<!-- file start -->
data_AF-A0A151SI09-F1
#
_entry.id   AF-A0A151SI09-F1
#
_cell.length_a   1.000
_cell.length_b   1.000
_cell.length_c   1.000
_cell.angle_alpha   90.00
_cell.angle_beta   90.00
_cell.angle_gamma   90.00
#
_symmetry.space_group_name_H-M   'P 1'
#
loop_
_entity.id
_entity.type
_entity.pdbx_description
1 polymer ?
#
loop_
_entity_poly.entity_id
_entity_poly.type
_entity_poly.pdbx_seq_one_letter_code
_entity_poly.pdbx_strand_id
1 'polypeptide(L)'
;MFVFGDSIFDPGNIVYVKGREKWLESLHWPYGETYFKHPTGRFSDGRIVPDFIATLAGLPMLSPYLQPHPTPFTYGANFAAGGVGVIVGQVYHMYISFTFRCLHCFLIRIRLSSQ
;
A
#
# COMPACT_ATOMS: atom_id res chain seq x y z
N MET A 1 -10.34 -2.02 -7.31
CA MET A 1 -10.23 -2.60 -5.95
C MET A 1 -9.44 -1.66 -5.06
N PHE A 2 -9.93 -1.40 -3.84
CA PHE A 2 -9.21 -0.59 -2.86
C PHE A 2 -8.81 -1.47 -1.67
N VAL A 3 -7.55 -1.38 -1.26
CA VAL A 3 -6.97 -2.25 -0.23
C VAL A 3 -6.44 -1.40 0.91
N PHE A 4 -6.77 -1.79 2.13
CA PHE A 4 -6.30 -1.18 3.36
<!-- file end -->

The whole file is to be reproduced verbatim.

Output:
data_AF-A0A151SI09-F1
#
_entry.id   AF-A0A151SI09-F1
#
_cell.length_a   1.000
_cell.length_b   1.000
_cell.length_c   1.000
_cell.angle_alpha   90.00
_cell.angle_beta   90.00
_cell.angle_gamma   90.00
#
_symmetry.space_group_name_H-M   'P 1'
#
loop_
_entity.id
_entity.type
_entity.pdbx_description
1 polymer ?
#
loop_
_entity_poly.entity_id
_entity_poly.type
_entity_poly.pdbx_seq_one_letter_code
_entity_poly.pdbx_strand_id
1 'polypeptide(L)'
;MFVFGDSIFDPGNIVYVKGREKWLESLHWPYGETYFKHPTGRFSDGRIVPDFIATLAGLPMLSPYLQPHPTPFTYGANFAAGGVGVIVGQVYHMYISFTFRCLHCFLIRIRLSSQ
;
A
#
# COMPACT_ATOMS: atom_id res chain seq x y z
N MET A 1 -10.34 -2.02 -7.31
CA MET A 1 -10.23 -2.60 -5.95
C MET A 1 -9.44 -1.66 -5.06
N PHE A 2 -9.93 -1.40 -3.84
CA PHE A 2 -9.21 -0.59 -2.86
C PHE A 2 -8.81 -1.47 -1.67
N VAL A 3 -7.55 -1.38 -1.26
CA VAL A 3 -6.97 -2.25 -0.23
C VAL A 3 -6.44 -1.40 0.91
N PHE A 4 -6.77 -1.79 2.13
CA PHE A 4 -6.30 -1.18 3.36